Three journalists and a driver were arrested Thursday while purportedly investigating a motorbike seller for selling vehicles without tax certificates, but were later released.
Kok Kimthong, publisher of news website Neak Meas, said he went with the four people and some other journalists to the motorbike shop in Kampong Chhnang city on April 9 to check whether it was really selling motorbikes without tax certificates.
Kimthong said a local resident had told him about buying a motorbike but later getting stopped by police and being told it had no tax certification.
The store owner told them at the time that he sold both certified and uncertified motorbikes, and charged more for those with tax certificates.
There was no issue at the time, but four people returned to the shop on Thursday.
The shop owner asked them to sit and wait for a short while, then police arrived and arrested the four, taking them to provincial police headquarters. They then called Kimthong and told him what had happened, he said.
Provincial deputy police chief Ear Bunthoeun said the four were accused of breaking and entering as well as unlawful interference in the discharge of public functions based on a complaint from the shop owner.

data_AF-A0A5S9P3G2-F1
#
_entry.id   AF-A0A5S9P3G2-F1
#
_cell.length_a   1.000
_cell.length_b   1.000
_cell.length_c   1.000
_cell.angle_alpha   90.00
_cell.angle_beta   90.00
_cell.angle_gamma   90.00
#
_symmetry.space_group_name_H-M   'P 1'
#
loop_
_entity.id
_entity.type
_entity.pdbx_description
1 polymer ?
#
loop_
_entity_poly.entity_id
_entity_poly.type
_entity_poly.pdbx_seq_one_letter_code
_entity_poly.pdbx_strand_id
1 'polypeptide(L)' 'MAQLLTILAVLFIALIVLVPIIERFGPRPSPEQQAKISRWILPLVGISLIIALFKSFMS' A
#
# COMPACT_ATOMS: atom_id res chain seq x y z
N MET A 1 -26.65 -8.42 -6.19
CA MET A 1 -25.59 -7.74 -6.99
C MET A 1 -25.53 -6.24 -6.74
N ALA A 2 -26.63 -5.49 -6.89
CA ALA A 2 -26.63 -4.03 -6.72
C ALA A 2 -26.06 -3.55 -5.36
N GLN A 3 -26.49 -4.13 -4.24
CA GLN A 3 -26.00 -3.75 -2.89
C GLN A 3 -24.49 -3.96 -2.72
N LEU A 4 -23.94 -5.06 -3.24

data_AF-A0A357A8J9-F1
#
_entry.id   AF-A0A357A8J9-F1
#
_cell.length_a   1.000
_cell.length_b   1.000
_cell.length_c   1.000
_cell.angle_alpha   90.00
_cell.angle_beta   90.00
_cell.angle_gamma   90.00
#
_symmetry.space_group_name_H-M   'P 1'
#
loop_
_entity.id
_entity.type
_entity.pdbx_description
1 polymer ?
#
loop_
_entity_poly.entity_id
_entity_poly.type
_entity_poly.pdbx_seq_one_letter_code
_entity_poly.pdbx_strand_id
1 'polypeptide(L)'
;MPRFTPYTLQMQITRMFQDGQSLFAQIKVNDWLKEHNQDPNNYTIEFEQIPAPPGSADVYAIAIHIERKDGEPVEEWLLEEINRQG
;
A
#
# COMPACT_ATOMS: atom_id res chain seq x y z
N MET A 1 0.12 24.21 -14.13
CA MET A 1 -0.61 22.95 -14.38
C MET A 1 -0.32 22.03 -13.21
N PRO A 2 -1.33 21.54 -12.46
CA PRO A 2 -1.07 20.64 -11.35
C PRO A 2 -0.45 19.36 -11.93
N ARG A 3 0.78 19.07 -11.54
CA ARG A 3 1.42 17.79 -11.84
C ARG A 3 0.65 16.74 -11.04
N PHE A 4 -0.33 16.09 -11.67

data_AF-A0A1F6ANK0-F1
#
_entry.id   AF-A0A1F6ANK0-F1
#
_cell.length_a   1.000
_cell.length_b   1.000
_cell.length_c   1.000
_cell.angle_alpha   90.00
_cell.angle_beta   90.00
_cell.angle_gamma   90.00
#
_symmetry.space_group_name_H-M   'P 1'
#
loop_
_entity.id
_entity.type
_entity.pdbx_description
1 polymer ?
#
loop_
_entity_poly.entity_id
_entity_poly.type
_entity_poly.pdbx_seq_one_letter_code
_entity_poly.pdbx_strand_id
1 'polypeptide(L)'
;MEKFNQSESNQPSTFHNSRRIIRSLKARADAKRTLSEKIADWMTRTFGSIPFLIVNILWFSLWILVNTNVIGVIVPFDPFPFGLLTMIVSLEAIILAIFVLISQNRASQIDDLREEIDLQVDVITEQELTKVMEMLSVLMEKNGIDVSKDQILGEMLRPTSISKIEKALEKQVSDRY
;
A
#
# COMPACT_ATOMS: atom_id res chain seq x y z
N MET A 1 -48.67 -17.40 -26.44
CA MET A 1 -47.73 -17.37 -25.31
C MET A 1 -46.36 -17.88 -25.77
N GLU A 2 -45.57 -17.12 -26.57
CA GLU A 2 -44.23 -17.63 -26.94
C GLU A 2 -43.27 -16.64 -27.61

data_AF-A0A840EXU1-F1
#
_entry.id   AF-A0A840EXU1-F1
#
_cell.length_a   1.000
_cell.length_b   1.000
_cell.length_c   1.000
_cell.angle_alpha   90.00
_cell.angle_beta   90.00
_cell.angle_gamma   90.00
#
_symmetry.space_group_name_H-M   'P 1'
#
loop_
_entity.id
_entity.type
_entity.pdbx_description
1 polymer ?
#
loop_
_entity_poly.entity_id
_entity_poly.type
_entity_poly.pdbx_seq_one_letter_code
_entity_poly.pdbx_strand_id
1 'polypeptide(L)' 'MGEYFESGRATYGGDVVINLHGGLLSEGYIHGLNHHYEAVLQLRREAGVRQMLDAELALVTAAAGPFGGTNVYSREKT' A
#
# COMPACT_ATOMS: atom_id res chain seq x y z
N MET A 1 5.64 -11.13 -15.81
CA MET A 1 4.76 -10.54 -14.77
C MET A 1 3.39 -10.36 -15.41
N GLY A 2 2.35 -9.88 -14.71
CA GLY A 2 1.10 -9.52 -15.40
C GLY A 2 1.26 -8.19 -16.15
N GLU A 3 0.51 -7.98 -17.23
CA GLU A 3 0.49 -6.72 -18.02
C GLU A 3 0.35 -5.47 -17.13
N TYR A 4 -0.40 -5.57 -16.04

“They encroached on others’ places and illegally interfered in public affairs, meaning they went to check the tax on motorbikes,” Bunthoeun said.
The Criminal Code explains the charge as someone without authority performing an act reserved for the holder of an office. It is punishable by one to three years in jail, while breaking and entering into a dwelling is punishable by one month to one year in jail.
Bunthoeun added that he did not know whether the shop was indeed selling uncertified motorbikes.
The police deputy gave an update around 4:30 p.m. that the four were released after the shop owner withdrew his complaint and a journalists’ association sent authorities an intervention letter.
A man who said he was the owner of the Ly Ngov motorbike shop said by phone that he had filed a complaint against the reporters, but hung up when asked what trouble those reporters had caused within his shop.
Tes Vibol, head of the press rights group Association of Freedom for Cambodian Journalists, said he had submitted a request to provincial police and the court to be understanding in the case and release the journalists.
The journalists were allowed to leave after signing an agreement to work ethically and with professionalism, Vibol said.
Provincial information department director Morm Chhoeun said he was busy and declined to comment. Information Ministry spokesman Phos Sovann said he was still waiting for details from the province. Sovann added that if the reporters had followed the law, the ministry would provide a lawyer to defend them in court.
Provincial police named the reporters as Say Raksmey, 31, and Tuon Chhunly, 52, from news outlet Raksmey Stung Trang, and Min Thy, 43, reporter for Raksmey Banteay Dek. The driver was Buth Chantha, 65.
Additional reporting Ouch Sony